Zimmerman family has been farming in Clark County since the 1800s
This is a story more than 100 years in the making and a story that also just got started over the weekend.
A post on social media on Saturday noted that BiZi Farms was in a bind over a water rights issue, an issue that could impact BiZi’s ability to farm in the future. The Zimmerman family has been farming in Clark County since the 1800s.
“I love that we can be here for the community. Kids can come to the pumpkin patch. Families can buy fresh local products,” said Bill Zimmerman, co-owner of the family-run business. “It pleases me to no end when people pour in here to buy strawberries. We’re doing the best we can to take care of their needs.”
All of that is threatened now over a water rights issue.
The family installed a well on the property around 1900, before Washington water code debuted in 1917, and long before today’s water laws were written. Through the years, the family has made improvements to that well, Zimmerman said.
Bill Zimmerman said that he thought his father applied for water rights in the 1970s. Turns out, it was for water certification. Bill Zimmerman said he is not even sure of the difference but as soon as he realized the farm did not have water rights, back in 2008 or 2009, BiZi Farms applied.
It took 12 years, but the farm got word in November of 2020: The state of Washington’s Department of Ecology denied the application.
In a letter that was posted on social media, BiZi Farms noted, among a list of reasons, the DOE said that water must be reserved for its “highest and best uses,” and the DOE determined that the best uses are for development and developers.
“It’s the old Catch-22,” Zimmerman said. “I can’t have the water. But if I sell the land and a developer comes in, they can have all the water.”
Zimmerman used the words “bewildering” and “perplexing” while describing the ruling.
During the interview Monday afternoon at the farm, located at 9504 NE 119th Street in Vancouver, a family that was there to buy fresh food took a moment to visit with the livestock.
“Here’s a family enjoying the animals,” Zimmerman said, pointing to a mom and her children. “That’s not good use?”
Throughout the interview, dozens of customers arrived at the farm store. There have been few slow periods this summer, Zimmerman said. Since COVID, he said more and more people are realizing just where their food comes from, and they are placing a higher value on locally produced food.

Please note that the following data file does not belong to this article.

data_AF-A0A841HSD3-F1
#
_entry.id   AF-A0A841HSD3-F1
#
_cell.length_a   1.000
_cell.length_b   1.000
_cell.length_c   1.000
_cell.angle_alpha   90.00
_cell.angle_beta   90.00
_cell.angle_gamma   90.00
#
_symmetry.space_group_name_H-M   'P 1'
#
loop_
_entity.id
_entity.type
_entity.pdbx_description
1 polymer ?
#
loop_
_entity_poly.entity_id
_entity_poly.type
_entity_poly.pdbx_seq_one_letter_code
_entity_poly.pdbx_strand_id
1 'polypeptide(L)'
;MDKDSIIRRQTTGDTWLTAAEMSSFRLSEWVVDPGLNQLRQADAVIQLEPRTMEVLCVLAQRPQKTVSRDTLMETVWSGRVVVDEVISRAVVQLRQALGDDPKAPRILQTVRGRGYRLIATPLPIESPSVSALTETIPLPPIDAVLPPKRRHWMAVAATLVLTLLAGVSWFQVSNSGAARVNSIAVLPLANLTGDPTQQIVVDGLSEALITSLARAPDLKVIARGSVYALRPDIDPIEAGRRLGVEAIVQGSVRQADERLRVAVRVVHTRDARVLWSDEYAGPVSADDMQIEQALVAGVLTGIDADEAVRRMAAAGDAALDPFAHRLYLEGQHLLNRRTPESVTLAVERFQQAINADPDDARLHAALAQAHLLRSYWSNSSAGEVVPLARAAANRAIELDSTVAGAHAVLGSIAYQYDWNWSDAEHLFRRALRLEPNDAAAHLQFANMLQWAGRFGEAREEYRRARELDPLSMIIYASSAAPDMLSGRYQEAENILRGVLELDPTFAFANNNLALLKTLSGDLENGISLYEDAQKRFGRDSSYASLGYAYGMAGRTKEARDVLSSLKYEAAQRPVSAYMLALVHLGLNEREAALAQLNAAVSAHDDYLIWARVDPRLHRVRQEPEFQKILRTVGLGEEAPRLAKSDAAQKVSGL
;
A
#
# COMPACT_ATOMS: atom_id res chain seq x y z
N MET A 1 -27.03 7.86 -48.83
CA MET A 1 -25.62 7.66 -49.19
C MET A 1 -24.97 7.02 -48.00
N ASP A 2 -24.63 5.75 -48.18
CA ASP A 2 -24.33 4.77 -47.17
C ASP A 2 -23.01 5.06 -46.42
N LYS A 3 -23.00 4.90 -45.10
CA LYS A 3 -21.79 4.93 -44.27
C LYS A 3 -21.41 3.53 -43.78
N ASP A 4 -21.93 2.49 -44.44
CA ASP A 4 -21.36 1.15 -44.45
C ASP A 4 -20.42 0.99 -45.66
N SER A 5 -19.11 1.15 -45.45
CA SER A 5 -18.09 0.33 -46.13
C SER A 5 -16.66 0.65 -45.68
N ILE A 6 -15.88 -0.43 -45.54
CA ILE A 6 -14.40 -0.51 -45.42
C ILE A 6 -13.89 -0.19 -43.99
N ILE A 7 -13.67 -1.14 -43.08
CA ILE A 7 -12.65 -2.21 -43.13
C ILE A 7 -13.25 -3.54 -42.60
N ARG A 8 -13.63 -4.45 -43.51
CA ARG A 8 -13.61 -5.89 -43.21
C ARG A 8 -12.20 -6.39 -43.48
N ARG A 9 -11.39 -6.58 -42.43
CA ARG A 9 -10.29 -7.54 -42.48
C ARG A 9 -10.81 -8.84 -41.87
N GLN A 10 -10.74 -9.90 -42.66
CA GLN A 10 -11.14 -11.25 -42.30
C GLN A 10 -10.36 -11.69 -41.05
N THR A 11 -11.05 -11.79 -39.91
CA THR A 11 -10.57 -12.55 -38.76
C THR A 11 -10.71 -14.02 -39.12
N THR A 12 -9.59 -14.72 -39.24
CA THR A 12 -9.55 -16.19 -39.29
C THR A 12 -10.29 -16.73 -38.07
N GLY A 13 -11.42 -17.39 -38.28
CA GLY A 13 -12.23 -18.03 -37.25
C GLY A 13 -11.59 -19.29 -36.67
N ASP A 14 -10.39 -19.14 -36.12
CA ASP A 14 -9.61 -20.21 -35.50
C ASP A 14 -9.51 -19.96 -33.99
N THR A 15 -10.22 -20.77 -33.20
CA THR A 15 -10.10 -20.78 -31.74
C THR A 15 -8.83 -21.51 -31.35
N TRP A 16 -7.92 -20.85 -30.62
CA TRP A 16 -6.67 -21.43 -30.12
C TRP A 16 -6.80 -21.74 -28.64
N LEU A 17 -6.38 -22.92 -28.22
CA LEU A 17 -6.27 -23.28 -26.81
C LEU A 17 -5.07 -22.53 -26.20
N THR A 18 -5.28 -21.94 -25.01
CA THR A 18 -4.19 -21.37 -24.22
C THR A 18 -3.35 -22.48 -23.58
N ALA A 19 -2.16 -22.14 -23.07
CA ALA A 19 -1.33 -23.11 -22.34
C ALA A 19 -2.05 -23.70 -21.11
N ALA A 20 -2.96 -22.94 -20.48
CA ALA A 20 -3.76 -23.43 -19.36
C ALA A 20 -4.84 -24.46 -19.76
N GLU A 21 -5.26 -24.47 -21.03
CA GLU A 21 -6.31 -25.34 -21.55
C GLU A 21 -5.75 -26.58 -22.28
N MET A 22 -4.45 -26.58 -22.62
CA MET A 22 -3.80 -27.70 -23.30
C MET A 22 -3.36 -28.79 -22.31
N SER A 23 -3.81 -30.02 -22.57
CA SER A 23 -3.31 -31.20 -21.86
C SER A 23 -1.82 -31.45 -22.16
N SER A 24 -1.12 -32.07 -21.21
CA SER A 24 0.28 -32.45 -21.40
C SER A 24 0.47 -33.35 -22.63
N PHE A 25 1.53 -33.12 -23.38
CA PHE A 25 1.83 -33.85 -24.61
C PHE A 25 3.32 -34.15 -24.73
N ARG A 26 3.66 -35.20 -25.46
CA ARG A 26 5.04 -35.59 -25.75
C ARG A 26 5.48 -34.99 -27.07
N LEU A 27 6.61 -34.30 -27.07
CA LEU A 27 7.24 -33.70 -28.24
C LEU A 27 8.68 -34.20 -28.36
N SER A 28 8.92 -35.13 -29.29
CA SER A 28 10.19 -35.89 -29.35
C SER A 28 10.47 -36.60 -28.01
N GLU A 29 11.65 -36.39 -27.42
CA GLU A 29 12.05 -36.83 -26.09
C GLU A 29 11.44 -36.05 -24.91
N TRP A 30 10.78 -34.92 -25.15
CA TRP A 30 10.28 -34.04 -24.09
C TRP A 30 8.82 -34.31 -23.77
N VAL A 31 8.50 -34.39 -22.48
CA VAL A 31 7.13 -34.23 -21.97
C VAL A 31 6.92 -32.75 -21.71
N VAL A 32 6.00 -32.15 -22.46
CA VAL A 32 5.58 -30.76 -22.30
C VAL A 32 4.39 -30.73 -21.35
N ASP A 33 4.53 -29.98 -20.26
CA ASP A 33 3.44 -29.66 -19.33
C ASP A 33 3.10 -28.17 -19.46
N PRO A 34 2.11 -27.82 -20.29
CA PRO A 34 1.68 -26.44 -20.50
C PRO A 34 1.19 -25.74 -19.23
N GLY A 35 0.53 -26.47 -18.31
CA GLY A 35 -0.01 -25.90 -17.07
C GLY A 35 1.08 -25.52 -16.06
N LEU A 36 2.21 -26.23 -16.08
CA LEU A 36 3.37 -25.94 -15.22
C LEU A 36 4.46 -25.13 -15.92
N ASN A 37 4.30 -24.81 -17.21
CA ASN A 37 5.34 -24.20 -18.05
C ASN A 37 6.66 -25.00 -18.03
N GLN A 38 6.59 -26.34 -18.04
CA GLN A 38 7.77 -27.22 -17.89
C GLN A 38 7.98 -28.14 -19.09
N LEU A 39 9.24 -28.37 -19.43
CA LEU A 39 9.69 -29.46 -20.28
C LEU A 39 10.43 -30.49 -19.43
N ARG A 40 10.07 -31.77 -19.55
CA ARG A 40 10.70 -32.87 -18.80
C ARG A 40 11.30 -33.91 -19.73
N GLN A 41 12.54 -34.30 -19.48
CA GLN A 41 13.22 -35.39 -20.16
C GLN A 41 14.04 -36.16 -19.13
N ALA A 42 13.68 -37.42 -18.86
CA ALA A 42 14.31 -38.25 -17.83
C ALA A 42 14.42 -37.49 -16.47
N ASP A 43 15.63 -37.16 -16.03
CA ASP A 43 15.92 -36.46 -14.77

Zimmerman questions the decision by the DOE.
“Does the community not mean anything to you folks? Thousands of people come through here looking for fresh fruit, fresh vegetables. Does that mean anything to the DOE?”
With the denial of water rights, Zimmerman answered his own question.
“They said, ‘We really don’t care.’ That, to me, is tragic.”
Zimmerman said he understands that the well needs a permit. The state asked for a test. The Zimmermans, working with a groundwater consulting firm, were told the test would be too costly and nearly impossible to conduct. The Zimmermans said the water table is unaffected by the farm’s well.
Calls to the Department of Ecology on Monday and Tuesday were unreturned prior to the posting of this story.
In March, Zimmerman said the farm received a notice from the enforcement division of the DOE, reminding the farm of the denial of water rights. BiZi Farms, Zimmerman said, is still irrigating its 105 acres, using the well, as the farm goes through the appeals process.
So what happens if the farm cannot use the well or cannot find an affordable solution to find water from other sources? Zimmerman said the crop of strawberries would be cut 40 to 50 percent. Blackberries would be cut 65 percent.
“If we shut the water down … all the corn, cucumbers, the beans, the tomatoes, all of that will go away,” he added.
If that happens, decisions will have to be made.
For now, the farm is preparing for the family’s 150th year in Clark County. Zimmerman, with a laugh, insists that he has not been farming for 150 years. His family has.
Seriously, though, he is concerned about the future.
“We are working that out, trying to see if it would be worthwhile to even do it, to keep the farm store open,” Zimmerman said. “We don’t know.”
Zimmerman insists the farm is not asking for free water. He knows there will be costs associated with water rights. But he believes there has to be a way for the Department of Ecology to work with a farm that has nearly 150 years of history.
He hopes the community will have his back, too. He said he would appreciate it if his customers could reach out to the DOE and ask the agency to come up with a viable solution. The farm posted a link to a Google document with its point of view in this dispute, as well as ways to help: https://docs.google.com/document/d/16g__runYnlNydfeAej6Bknchh2aJTGPOmgnOWhwTTpE/edit